2. I have a pair of 1984 first gen KG4's (even though they are listed as starting production in 1985, the labels on the back say 1984). I never liked these speakers! They sounded very harsh and edgy, yet yielded a very good sound stage, but they just fatigued my ears. Five years ago I read on one of the Klipsch forums about Bob Crites having designed and contracted a fabricator to make a titanium replacement for the phenolic horn drivers showing scope readings of a virtually, very flat response on supposedly sounding much smoother and liquid. For about $50 I ordered the pair and swapped them in and everything that people were saying was true. Very smooth, open, and airy, but without the jagged harshness. It was like listening to a completely different speaker -- one I fell in love with and became my main speakers. A couple of weeks ago, I read about the capacitors loosing their life around the 20 year mark and it hit me that the caps in my 1984 KG4's are now 31 years old. When back to Bob Crites' website and for $100 I could send him the original networks for a cap replacement, or for $200 I could receive new networks with all upgraded materials including new chokes, etc. -- I opted for the latter. I ended up removing all of the old “stacked-up” networks of this first gen that had everything glued up in a pile on the back of the input panel – turns out that the choke and transformer? (coiled bobbin) just popped off the plastic input back panel by prying a flat head underneath them and giving a little twist, removed the 3 screws, popped off the one cap that was glued, and cut the wires to the terminals. Then new network board fits on the wood floor of the bottom of the cabinet attached with velcro. After I finished wiring the first cab, I decided to do an A/B comparison between your network and the original 31 year old network. I conducted a very good test condition by putting on a mono LP, The Kingston Trio, and threw the balance knob Left/Right to compare them back and forth… let me tell you something, it was a dramatic difference! The old network sounded like the banjo was being played underneath a quilt. So, even though the speaker cab with the new network sounded brighter, and more open and airy, I would say it wasn’t adding anything, but simply allowing what was naturally in the recording to come through, whereas, the 31 year old network was not allowing all the highs to pass through to the horn. When I listened to the speaker cab that still had the original network, it was a kin to turning the treble control about 3/4’s the way down. As far as the bass, I’m not sure if it’s in my head or not, but it sounded a little tighter – just as strong as before, but with a little less resonance. Once again, Bob Crites has amazed me with his quality designs and engineering. I now have the ultimate KG4’s with Crites’ titanium horn drivers and upgraded, new networks! BTW, they are works of art just to look at (see before and after pics). And because the new networks are mounted on new cedar boards, they smell good too! I’ll never have to worry about moths in my speaker cabs I'm sure all of you know about Bob's Klipsch upgrades and maintenance services, but just in case you don't: www.critesspeakers.com Original 1984 network: New Bob Crites network:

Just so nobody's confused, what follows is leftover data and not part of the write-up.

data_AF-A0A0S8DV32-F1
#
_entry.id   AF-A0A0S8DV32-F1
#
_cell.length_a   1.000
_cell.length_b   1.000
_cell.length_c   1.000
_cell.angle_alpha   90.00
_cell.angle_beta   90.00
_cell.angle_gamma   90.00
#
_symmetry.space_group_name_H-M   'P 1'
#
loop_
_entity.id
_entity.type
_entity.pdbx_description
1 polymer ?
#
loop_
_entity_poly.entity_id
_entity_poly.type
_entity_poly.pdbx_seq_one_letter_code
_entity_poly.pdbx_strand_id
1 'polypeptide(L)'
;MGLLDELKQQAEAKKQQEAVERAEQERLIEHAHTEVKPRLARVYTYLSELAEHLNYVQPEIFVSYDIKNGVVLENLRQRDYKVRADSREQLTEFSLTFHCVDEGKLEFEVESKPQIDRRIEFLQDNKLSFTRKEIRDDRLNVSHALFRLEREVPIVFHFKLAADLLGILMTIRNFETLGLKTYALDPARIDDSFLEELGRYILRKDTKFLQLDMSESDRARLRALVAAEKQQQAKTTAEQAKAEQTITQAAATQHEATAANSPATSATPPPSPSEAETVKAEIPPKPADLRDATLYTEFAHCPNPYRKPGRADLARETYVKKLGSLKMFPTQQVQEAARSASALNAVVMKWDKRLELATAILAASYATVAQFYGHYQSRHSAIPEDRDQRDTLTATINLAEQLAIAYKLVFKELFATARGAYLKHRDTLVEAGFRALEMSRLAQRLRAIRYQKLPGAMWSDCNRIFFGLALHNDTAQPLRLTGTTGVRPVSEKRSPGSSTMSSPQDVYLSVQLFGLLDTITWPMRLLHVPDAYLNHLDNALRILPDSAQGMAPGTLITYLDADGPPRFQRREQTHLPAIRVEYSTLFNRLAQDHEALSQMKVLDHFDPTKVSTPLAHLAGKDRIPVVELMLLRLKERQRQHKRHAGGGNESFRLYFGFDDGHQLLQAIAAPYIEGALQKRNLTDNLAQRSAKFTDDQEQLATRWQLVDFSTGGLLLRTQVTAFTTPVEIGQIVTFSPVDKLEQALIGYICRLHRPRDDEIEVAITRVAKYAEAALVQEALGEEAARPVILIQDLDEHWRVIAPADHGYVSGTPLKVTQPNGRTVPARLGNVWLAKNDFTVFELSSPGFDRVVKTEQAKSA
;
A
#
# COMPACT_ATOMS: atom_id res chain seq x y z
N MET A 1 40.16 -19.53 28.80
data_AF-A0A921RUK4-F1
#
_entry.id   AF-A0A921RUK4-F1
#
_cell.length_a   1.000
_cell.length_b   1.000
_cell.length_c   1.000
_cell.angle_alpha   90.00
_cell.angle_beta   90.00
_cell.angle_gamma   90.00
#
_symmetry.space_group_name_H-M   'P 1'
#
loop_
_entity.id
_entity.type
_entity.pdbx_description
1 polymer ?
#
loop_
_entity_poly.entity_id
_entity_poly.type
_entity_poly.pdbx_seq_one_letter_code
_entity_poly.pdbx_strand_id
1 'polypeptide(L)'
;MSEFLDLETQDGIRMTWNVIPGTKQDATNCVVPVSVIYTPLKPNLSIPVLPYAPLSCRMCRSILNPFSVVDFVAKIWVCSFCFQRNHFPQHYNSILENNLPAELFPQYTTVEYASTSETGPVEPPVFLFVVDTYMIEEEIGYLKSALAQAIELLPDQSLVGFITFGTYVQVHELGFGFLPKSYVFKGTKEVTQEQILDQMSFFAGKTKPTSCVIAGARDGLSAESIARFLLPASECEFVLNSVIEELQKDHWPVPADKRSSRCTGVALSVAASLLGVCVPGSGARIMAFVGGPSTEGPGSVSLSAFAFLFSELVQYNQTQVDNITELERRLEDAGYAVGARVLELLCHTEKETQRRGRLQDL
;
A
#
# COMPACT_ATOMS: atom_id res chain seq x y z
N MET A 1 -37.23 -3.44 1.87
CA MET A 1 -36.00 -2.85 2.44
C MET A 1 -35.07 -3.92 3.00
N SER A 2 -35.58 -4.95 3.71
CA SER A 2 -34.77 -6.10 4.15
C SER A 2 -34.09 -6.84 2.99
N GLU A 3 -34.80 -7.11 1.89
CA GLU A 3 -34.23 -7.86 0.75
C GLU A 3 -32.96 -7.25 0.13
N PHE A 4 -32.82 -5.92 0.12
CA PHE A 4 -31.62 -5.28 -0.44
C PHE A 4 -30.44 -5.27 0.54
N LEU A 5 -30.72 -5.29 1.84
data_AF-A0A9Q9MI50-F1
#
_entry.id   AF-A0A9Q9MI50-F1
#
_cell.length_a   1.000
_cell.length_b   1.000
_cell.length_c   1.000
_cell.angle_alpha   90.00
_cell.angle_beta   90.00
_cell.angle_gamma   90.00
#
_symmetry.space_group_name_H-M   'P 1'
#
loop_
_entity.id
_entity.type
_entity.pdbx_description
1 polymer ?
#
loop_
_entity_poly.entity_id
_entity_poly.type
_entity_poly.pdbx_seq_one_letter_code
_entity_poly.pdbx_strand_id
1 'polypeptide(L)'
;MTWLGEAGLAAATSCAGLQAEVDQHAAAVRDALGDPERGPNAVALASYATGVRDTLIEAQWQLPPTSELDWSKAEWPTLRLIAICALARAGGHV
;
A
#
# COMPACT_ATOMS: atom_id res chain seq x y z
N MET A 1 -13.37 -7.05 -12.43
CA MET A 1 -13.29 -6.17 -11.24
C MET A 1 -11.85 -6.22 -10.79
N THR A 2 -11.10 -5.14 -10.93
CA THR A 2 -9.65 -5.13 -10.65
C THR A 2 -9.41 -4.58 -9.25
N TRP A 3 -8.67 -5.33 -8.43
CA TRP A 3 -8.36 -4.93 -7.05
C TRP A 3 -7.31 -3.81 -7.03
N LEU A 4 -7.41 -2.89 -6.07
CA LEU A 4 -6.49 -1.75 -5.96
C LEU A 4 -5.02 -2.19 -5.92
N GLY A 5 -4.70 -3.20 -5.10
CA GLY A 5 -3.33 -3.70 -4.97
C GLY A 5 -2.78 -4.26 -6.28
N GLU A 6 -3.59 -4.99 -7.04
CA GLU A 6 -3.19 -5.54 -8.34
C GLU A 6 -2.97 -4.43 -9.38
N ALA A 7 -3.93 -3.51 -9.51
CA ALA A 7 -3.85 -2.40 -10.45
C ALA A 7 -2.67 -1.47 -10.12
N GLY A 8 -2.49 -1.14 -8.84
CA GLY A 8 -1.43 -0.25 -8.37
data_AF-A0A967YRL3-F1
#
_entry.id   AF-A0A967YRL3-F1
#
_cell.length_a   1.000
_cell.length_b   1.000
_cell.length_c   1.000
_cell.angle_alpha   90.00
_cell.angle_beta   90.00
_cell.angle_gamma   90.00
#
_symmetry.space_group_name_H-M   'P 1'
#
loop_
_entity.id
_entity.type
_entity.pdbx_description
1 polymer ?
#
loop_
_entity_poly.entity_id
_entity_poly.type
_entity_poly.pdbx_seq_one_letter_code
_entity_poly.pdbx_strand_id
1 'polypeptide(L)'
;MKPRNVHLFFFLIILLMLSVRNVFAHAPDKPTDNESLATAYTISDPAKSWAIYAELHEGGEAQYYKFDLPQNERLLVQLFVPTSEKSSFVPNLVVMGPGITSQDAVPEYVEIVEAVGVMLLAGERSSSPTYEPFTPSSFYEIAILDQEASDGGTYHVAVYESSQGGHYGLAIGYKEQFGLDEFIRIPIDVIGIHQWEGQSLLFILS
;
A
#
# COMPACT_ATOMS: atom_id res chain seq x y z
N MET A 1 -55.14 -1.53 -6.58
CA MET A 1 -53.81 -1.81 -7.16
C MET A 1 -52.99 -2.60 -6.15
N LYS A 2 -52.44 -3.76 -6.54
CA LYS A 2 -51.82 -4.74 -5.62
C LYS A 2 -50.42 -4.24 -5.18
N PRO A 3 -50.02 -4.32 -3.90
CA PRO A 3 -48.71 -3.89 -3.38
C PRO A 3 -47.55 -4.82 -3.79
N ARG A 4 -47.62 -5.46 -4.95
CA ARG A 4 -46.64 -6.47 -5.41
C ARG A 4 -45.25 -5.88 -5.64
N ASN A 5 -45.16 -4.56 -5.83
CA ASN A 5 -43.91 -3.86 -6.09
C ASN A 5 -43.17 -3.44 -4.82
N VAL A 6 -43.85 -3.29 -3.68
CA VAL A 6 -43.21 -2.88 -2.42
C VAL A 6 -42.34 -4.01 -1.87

3. I have a pair of Klipschorns I purchased in 1977. In 1989 I updated the crossovers, drivers and such. Don’t know the specifics but just ordered an update ‘kit’ from Klipsch. Question: I moved, haven’t used them in two years and want to put them into a new, custom built room. I’m an audiophile in ears only and don’t get into the mechanics of using electronics like the new Xbang z1v0059 crossover with the latest Blastophere ST50009s3’s (fictitious of course). The speakers sounded great when I put them in storage two years ago and hoping they will when I hook them up again. BUT, is there an update issued since 1989 that would be worth the cost and effort for my new application?